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EPA fines SC Diesel for emissions tampering

EPA fines SC Diesel

EPA fines SC Diesel in settlement action

SC Diesel is a diesel repair and performance dedicated shop located in Central Missouri. The shop advertises that it performs custom ECM tuning for Class 8 Trucks, Caterpillar and John Deere Equipment. They sell and install EDGE tuning products, SuperChips, AirDog, AFE, Quadzilla, Industrial Injection, Suncoast Transmissions, ATS Diesel Performance, PPE, EFI Live, Fabtech, Zone, Daystar, Mickey Thompson and many more.

Most of these products are designed to increase power but achieve that by changing air/fuel ratios and disabling or defeating the factory emissions systems which is illegal

On March 18, 2021 the U.S. Environmental Protection Agency (EPA) announced a settlement with SC Diesel for their allegedly tampering with vehicle emission controls in violation of the federal Clean Air Act. According to EPA press release, SC Diesel LLC installed so-called “defeat devices” in at least 145 vehicles and separately sold defeat devices on at least 193 occasions.

“Modifying auto emissions controls is illegal and causes serious, harmful air pollution,” said David Cozad, director of EPA Region 7’s Enforcement and Compliance Assurance Division. “These practices also impede efforts by EPA, states and tribes to plan and implement air quality standards that protect public health.”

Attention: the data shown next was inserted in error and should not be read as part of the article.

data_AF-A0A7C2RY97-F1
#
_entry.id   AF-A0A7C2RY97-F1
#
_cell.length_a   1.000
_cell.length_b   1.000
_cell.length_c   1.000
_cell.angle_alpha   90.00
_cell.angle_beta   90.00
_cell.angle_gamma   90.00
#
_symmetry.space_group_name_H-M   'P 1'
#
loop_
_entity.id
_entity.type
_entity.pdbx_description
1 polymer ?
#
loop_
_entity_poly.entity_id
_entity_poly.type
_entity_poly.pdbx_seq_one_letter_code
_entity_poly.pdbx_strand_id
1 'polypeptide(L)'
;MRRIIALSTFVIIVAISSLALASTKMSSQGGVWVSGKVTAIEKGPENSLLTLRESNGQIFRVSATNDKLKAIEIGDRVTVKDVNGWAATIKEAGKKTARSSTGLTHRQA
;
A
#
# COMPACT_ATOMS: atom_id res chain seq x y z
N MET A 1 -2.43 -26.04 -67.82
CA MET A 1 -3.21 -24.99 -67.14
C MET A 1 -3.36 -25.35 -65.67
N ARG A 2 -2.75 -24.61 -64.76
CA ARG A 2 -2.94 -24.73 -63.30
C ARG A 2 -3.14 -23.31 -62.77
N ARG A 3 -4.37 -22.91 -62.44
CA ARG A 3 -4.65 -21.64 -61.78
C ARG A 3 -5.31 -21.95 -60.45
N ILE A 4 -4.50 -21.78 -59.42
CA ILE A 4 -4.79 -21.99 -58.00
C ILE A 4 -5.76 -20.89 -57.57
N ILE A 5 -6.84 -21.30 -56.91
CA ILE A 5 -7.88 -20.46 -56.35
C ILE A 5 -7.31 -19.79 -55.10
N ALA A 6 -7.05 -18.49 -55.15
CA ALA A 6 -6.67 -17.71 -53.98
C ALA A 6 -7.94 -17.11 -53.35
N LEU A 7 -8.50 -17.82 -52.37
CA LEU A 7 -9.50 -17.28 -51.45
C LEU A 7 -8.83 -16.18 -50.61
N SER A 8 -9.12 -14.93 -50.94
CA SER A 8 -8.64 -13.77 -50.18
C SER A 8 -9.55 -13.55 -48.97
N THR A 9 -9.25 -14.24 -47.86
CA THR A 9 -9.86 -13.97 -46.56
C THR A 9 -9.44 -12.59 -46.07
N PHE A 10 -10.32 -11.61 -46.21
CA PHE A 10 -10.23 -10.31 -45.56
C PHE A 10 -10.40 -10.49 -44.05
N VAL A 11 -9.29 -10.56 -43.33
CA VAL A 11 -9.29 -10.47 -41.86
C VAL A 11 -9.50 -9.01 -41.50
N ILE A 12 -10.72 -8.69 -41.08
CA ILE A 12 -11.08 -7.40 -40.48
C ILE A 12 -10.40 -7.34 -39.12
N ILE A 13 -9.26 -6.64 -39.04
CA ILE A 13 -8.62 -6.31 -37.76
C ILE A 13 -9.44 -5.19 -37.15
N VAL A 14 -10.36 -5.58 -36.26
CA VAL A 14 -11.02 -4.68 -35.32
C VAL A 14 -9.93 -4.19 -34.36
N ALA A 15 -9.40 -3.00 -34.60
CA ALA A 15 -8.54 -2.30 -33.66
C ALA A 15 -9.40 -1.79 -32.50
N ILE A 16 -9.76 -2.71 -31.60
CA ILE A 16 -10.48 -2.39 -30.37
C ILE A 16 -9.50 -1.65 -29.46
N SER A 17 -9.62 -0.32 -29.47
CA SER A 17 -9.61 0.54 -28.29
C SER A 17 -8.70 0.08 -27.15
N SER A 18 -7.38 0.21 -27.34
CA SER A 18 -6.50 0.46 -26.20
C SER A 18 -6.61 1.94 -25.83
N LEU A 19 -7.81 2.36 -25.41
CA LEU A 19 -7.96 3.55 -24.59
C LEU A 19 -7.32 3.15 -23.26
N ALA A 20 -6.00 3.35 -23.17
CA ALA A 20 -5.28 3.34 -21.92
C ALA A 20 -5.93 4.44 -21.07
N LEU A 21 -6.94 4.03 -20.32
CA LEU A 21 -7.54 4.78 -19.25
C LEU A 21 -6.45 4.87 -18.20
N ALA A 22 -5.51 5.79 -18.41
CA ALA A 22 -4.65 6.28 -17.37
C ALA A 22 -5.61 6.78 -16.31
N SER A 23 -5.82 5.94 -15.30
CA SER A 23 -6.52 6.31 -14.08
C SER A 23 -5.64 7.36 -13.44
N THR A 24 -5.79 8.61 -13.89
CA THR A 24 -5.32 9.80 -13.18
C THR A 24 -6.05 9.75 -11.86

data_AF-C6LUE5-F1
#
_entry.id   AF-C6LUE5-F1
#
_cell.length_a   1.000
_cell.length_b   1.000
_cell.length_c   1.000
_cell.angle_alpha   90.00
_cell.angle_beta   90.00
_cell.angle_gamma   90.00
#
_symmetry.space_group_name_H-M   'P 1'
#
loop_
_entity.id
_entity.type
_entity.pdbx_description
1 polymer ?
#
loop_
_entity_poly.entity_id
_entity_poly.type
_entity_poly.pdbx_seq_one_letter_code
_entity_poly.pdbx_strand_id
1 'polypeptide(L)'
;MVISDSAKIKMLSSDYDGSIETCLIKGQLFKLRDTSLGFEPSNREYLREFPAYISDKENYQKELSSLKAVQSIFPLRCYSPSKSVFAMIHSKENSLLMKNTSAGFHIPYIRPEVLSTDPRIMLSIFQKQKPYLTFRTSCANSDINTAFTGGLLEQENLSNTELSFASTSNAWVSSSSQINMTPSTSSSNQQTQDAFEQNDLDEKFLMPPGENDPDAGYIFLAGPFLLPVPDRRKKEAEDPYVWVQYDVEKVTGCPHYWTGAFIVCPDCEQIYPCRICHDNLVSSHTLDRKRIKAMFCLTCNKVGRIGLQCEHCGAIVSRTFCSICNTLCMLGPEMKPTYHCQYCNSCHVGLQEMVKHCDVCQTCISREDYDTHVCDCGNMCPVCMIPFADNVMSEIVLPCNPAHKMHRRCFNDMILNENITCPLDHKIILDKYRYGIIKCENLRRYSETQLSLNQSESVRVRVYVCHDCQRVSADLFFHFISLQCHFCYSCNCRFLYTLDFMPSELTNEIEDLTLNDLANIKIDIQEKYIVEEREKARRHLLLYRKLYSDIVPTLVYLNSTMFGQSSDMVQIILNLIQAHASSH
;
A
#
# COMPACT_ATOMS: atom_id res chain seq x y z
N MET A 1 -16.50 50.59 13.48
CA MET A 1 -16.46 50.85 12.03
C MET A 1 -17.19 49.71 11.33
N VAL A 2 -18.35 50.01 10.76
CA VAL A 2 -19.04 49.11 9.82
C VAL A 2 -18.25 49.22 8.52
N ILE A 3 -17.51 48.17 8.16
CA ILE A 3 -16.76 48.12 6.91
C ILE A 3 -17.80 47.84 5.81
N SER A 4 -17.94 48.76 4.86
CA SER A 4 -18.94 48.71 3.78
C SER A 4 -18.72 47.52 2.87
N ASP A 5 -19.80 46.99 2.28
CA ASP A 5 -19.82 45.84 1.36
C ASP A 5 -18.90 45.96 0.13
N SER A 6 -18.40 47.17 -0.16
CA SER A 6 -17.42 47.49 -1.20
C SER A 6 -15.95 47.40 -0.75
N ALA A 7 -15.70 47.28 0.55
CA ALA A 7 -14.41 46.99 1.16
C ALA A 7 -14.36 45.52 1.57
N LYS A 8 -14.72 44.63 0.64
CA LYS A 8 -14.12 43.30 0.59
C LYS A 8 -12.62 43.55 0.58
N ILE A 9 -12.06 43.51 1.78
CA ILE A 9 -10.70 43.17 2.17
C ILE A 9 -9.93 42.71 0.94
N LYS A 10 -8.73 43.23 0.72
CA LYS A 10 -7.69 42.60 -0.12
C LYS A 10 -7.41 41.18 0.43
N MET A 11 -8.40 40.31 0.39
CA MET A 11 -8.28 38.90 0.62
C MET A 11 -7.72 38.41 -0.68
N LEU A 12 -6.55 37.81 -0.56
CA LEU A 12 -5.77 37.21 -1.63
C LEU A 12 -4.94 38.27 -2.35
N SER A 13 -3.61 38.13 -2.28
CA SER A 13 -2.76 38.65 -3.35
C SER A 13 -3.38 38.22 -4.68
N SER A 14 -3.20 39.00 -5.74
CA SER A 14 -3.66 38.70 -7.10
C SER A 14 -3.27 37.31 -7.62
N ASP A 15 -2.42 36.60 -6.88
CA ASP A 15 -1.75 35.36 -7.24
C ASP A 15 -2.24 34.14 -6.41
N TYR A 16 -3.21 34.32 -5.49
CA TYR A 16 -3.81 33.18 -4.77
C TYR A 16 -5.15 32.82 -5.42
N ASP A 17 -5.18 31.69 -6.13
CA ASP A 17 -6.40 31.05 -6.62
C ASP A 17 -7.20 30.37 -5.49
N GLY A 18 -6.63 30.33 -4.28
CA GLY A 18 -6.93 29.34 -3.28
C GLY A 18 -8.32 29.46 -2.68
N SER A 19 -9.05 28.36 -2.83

SC Diesel must pay a penalty of $10,000 and agree to stop disabling emissions controls in the future.

Defeating emissions control systems results in significantly higher releases of nitrogen oxides and particulate matter, both of which contribute to serious public health problems in the U.S. These pollutants cause premature mortality, aggravation of respiratory and cardiovascular disease, aggravation of existing asthma, acute respiratory symptoms, chronic bronchitis, and decreased lung function. Numerous studies also link diesel exhaust to increased incidence of lung cancer.

EPA fines and the RPM Act

SEMA, the performance industry association represents the manufacturers of these performance delete/defeat devices. They claim that the EPA enforcement actions interfere with owner’s rights to race their vehicles.

However, in the vast majority of instances, these vehicles are not involved solely in competitive motorsports which is the ONLY exception allowed in the Clean Air Act. These emissions delete defeat and ECM tunes are being performed on street vehicles solely to increase power and get around emissions systems.

The RPM Act currently before Congress is an attempt to keep these devices in the market by claiming they’re used by owners to race. So far, all the EPA’s enforcement actions have shown that these devices are not used for competitive motorsports activities that would fall within that exemption.


Posted on by Rick Muscoplat

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